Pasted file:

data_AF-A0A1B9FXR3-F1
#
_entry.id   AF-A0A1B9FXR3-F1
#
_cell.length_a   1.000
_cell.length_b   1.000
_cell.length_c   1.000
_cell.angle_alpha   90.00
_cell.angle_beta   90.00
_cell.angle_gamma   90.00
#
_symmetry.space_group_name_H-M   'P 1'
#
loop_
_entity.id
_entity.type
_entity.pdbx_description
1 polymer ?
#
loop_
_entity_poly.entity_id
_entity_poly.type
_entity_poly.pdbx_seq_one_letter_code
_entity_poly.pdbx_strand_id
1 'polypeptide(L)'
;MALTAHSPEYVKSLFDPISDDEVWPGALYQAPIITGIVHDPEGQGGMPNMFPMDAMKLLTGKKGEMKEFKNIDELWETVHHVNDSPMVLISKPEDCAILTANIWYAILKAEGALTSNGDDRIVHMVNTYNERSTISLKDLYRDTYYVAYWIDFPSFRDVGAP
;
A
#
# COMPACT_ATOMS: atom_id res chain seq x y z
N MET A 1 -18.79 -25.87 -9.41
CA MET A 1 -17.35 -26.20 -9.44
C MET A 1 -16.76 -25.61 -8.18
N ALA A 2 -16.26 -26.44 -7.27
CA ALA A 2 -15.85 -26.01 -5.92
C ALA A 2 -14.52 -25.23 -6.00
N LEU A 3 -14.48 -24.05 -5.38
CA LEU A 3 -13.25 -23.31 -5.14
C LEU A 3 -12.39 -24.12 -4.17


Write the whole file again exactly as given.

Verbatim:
data_AF-A0A1B9FXR3-F1
#
_entry.id   AF-A0A1B9FXR3-F1
#
_cell.length_a   1.000
_cell.length_b   1.000
_cell.length_c   1.000
_cell.angle_alpha   90.00
_cell.angle_beta   90.00
_cell.angle_gamma   90.00
#
_symmetry.space_group_name_H-M   'P 1'
#
loop_
_entity.id
_entity.type
_entity.pdbx_description
1 polymer ?
#
loop_
_entity_poly.entity_id
_entity_poly.type
_entity_poly.pdbx_seq_one_letter_code
_entity_poly.pdbx_strand_id
1 'polypeptide(L)'
;MALTAHSPEYVKSLFDPISDDEVWPGALYQAPIITGIVHDPEGQGGMPNMFPMDAMKLLTGKKGEMKEFKNIDELWETVHHVNDSPMVLISKPEDCAILTANIWYAILKAEGALTSNGDDRIVHMVNTYNERSTISLKDLYRDTYYVAYWIDFPSFRDVGAP
;
A
#
# COMPACT_ATOMS: atom_id res chain seq x y z
N MET A 1 -18.79 -25.87 -9.41
CA MET A 1 -17.35 -26.20 -9.44
C MET A 1 -16.76 -25.61 -8.18
N ALA A 2 -16.26 -26.44 -7.27
CA ALA A 2 -15.85 -26.01 -5.92
C ALA A 2 -14.52 -25.23 -6.00
N LEU A 3 -14.48 -24.05 -5.38
CA LEU A 3 -13.25 -23.31 -5.14
C LEU A 3 -12.39 -24.12 -4.17